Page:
posted by Athene at 6:06 PM on June 29, 2012 [3 favorites]


...it's a waste of time.

Using paint for large signs, etc would cut down fossil fuel use, maybe not significantly, but are we every going to start? Every suggestion for alternate energy forms seems to get cut down at the knees. WTF, citizens? Are we going to do something about global warming or not?
posted by BlueHorse at 6:14 PM on June 29, 2012


I don't get the naysaying and the bringing in of extraneous use cases. Seems pretty obvious the vision is a place to store solar energy at night for example, when power use is down. If the numbers of 1kWh are right, then its not a lot of power but will run a TV and a fan or charge your gadgets and a number of things which are useful. Tech will get better with more research, and another small piece to puzzle may be fitted in time.
posted by sfts2 at 6:30 PM on June 29, 2012


Given that there talk about spray on solar cells that can be used on windows, the junction of the two technologies is interesting, especially as things imporve
posted by edgeways at 7:13 PM on June 29, 2012


I'm mostly worried about the safety issues: waterproofing, short circuits, protection from accidental overcharging, etc. What happens to this stuff in the event of flood, amateur with power-tools, house fire, or toddler?
posted by yeolcoatl at 7:26 PM on June 29, 2012 [1 favorite]


or about 12 cents worth of electricity.

Electricity is really astonishingly cheap, considering just how much work can be done with a kilowatt-hour, so that's maybe not the right way to measure. Rather, just realizing that your house itself can store that much power lets you, perhaps, run a small UPS for certain critical items, like maybe a cordless phone, or a network connection, or a thermostat if your climate control has some other method of powering itself.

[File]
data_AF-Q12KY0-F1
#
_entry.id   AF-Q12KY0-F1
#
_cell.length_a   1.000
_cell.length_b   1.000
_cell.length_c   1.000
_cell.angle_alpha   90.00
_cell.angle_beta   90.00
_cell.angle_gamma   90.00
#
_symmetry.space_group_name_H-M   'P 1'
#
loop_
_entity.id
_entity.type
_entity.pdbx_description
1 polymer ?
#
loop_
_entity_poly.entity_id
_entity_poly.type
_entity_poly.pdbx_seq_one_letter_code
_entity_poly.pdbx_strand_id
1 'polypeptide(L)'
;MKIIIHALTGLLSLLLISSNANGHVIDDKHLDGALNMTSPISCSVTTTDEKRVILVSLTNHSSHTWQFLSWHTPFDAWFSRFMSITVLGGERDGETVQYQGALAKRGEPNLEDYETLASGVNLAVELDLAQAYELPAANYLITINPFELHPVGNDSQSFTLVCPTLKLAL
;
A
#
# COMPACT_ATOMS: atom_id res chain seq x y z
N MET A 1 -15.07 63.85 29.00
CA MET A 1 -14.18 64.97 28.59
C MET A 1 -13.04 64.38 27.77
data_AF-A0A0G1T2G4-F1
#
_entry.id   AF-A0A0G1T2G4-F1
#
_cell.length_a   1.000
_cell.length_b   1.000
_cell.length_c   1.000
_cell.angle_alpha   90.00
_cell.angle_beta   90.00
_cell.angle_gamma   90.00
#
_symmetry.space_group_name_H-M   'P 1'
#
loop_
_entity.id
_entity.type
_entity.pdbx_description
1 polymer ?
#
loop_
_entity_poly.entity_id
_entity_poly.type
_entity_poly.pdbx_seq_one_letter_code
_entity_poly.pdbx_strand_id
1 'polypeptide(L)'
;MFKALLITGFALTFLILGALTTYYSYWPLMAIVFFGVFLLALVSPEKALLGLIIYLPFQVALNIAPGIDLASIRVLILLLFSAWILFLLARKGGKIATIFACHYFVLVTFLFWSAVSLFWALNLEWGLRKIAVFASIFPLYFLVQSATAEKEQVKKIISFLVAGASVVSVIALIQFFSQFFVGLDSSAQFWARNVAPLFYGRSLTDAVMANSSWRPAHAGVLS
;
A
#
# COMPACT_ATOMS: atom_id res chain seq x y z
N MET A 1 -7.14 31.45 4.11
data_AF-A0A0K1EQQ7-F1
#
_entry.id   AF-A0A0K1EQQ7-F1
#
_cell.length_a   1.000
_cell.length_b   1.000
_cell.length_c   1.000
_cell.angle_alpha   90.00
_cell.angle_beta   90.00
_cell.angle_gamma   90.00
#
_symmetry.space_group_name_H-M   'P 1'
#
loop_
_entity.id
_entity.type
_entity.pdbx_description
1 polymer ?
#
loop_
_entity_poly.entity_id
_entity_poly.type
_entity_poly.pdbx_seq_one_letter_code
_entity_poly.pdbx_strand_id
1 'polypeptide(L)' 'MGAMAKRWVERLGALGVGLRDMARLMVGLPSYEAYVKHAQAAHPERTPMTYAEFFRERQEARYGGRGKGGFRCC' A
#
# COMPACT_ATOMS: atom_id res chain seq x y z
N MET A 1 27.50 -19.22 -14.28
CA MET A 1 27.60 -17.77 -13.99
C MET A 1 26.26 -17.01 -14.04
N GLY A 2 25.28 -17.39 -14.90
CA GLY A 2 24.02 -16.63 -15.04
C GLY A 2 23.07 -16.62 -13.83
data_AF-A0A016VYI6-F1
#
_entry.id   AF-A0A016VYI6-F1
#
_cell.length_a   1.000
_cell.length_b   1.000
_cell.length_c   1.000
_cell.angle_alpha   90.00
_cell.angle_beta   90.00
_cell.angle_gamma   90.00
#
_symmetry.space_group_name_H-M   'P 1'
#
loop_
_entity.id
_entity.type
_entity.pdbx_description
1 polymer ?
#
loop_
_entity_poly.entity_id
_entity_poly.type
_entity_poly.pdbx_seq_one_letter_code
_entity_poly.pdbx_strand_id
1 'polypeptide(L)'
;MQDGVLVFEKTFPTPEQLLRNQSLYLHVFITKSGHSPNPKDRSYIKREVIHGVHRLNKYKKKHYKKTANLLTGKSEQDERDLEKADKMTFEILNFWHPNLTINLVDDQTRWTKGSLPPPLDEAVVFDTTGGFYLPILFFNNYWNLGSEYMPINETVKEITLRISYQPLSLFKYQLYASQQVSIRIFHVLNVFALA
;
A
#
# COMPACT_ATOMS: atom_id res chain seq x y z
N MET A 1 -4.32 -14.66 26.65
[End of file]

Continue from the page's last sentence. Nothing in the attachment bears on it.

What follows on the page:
Or maybe it could keep your refrigerator cold for an extra eight hours or so, as long as you didn't open it.

A thousand watts, for an hour straight, is a fair bit of power.
posted by Malor at 7:45 PM on June 29, 2012


Paint? Sounds gimmicky/press-releasy.

If this is a new electricity storage device, why not make like capacitors (only.. safer? higher energy density? cheaper? more stable?) and paint this on really thin ribbons/films and fold the results?

Better batteries are great. But this doesn't sound like the solution, maybe an a solution, but definitely not a major one. Unless there's some sociological/economic/legal-tax shenanigans successfully pulled off (then again; NYC has an incredible density of cabs - wouldn't economic incentives to transition that fleet into electric/-hybrid/CNG/hydrogen make a ton of sense not only in reducing the carbon footprint of NYC much less improving the quality of life by increasing air quality? The savings in medical care alone..).

The outside surface area of a 2 story standalone house could probably be folded into something into a space the size of a conventional water heater - depending on how thick the paint has to be and the thickness/flexibility of the substrate (and dried paint). Maybe much larger depending on the materials.

If you're in an ultra-high density environment, maybe increasing the size of the building marginally (by painting charge-holding material to the outside)... maybe. Depends on a ton of other factors.

Don't forget, you'll also need surface area for the proposed solar panels.
posted by porpoise at 8:09 PM on June 29, 2012